3. Bind the MGCP Signaling to the MGCP Media Packet Source Interface on the Cisco IOS Gateway
One-way voice can occur in Media Gateway Control Protocol (MGCP) gateways if the source interface for signaling and media packets is not specified. You can bind the MGCP media to the source interface if you issue the mgcp bind media source-interface interface-id command and then the mgcp bind control source-interface interface-id command. Reset the MGCP gateway in Cisco CallManager after you issue the commands.

One Way Audio on Cisco IP Communicator

With regards to issues involving IP Communicator, the issues mentioned above could still apply. Investigate those possibilities first. If the above issues seem to be in check then one of the following should be investigated.

1. Version Control
Software VPN clients are overlaid on top of an existing IP network, meaning that there are essentially two IP addresses on the computer when a VPN is in use:

  • The IP address from the underlying network
  • The IP address provided by the VPN client that is used by parties on the other side of the connection to communicate with applications on the computer

Some VPN clients, such as Cisco Systems VPN Client 3.x, assign the VPN IP address at a very low level, which makes it difficult for Cisco IP Communicator to specify the correct address. To eliminate this problem, Cisco IP Communicator queries the Cisco VPN client directly.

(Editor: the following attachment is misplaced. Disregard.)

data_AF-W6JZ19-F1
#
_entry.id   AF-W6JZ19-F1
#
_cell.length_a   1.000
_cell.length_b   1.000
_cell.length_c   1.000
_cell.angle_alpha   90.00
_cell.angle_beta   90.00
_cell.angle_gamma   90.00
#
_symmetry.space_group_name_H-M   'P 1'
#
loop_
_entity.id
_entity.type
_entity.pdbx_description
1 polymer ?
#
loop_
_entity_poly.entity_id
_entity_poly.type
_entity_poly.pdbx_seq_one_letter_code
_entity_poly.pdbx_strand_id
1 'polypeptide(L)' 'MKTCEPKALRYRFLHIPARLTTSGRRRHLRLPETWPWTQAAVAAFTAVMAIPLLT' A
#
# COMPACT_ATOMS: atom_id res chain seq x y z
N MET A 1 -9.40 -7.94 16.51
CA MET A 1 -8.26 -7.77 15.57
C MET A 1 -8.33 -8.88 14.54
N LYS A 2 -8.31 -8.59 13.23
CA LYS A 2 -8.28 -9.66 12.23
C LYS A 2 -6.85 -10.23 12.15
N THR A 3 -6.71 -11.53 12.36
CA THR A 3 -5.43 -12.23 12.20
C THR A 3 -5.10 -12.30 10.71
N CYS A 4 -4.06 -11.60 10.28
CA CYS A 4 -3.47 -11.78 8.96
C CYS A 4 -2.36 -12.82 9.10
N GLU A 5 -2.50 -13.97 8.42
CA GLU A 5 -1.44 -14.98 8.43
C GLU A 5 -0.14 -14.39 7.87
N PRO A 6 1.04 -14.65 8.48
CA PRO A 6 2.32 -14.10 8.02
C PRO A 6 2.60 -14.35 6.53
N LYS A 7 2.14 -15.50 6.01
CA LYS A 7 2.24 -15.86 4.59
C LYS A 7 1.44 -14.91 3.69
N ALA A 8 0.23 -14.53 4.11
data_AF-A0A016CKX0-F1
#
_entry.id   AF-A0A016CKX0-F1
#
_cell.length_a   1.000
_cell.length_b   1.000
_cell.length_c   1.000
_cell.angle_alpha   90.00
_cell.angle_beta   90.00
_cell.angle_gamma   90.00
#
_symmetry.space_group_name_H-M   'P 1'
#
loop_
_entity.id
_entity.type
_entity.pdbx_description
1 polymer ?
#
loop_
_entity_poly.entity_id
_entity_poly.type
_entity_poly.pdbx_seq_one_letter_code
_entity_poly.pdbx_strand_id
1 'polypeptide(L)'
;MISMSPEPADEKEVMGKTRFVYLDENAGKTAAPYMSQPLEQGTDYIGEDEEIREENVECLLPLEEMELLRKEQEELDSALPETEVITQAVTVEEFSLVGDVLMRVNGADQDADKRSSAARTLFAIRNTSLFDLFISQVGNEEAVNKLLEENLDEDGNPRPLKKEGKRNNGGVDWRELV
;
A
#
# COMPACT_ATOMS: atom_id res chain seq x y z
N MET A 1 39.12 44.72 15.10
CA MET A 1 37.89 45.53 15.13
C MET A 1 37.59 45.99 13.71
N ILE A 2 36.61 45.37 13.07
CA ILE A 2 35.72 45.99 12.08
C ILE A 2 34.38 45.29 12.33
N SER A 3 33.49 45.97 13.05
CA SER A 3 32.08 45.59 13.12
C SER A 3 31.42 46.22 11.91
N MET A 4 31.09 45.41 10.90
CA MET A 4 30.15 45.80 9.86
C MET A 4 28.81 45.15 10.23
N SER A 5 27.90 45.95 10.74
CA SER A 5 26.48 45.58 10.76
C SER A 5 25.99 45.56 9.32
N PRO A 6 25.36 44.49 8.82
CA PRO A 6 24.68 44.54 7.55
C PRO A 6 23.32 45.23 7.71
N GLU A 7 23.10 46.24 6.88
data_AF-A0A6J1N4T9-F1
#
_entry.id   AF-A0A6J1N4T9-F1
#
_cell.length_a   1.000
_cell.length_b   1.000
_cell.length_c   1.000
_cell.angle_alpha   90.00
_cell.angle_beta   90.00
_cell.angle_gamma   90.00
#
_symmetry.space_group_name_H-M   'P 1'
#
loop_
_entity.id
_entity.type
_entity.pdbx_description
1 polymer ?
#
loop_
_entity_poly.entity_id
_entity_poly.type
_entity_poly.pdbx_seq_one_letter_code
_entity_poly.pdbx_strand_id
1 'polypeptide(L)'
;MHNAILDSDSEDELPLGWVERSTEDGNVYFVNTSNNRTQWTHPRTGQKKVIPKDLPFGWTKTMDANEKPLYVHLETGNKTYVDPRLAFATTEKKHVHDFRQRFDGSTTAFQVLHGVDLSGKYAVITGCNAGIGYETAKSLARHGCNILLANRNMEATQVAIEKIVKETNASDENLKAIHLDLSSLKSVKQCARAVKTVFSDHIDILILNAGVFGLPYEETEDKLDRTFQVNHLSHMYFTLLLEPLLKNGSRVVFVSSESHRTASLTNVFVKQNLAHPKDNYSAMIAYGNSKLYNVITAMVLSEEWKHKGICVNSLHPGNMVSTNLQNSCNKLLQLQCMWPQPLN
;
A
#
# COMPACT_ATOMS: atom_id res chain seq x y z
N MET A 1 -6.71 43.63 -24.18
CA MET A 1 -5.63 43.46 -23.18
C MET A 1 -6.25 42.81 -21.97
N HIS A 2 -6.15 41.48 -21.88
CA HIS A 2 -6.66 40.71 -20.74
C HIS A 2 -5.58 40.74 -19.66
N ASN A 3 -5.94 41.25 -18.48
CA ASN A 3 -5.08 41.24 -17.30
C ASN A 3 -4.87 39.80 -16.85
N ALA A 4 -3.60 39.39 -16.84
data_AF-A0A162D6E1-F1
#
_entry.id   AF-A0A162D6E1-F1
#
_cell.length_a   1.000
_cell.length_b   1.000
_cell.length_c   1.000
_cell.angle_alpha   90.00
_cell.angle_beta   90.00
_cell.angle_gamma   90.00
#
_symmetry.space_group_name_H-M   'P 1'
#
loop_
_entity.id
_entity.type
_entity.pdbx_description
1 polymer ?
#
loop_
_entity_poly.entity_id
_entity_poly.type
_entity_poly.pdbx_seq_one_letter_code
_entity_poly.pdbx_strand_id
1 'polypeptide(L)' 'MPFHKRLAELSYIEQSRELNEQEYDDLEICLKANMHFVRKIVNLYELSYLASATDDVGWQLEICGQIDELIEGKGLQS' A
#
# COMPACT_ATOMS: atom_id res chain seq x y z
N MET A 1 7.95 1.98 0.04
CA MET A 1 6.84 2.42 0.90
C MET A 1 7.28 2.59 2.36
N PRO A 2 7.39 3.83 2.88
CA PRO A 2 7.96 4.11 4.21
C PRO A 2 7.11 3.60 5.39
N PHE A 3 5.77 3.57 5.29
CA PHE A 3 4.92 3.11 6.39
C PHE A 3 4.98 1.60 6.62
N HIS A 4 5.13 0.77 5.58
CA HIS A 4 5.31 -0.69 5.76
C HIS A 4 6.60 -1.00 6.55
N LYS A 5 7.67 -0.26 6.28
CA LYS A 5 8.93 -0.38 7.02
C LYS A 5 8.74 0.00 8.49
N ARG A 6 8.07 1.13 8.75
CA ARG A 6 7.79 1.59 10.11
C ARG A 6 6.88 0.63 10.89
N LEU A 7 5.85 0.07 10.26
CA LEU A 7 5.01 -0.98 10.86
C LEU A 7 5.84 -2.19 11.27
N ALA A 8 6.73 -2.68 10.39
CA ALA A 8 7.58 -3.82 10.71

Other VPN Clients, such as the Microsoft PPTP client and Cisco VPN Client 4.x simply appear as alternative network interfaces. In these cases, the IP address can be selected with the same auto-detection process that is used to resolve selection when there are multiple interfaces.

Other third-party VPN clients might be unsupported and result in one-way audio. Fix the problem by running the Cisco IP Communicator Administration Tool to create a getIP.asp audio IP address reflector web page. Once that is complete, specify the URL for the web page in Cisco CallManager Administration. Cisco IP Communicator will attempt to fetch this reflector page rather than using other methods of auto-detection.
The reflector page returns the IP address from which it sees the request originate, which is a relatively reliable way to identify Cisco IP Communicator's VPN IP address. See the opening paragraphs of this section (Resolving Audio IP Address Auto-Detection Problems) for more information on completing the getIP.asp tasks.

By making sure your PCs are running the latest VPN client (VPN 5.x as of today), and the CIPC application (CIPC 7.0.3 as of today), you will eliminate most of the one way audio issues that were part of the earlier versions of these applications.


As with most issues in technology there is not one correct answer to every problem. In that most networks are very different from each other not all answers will work on every network. The information above has been found to be the most common fixes for most one way audio issues, but most certainly will not be the fix in every network.


Author: Paul Stryer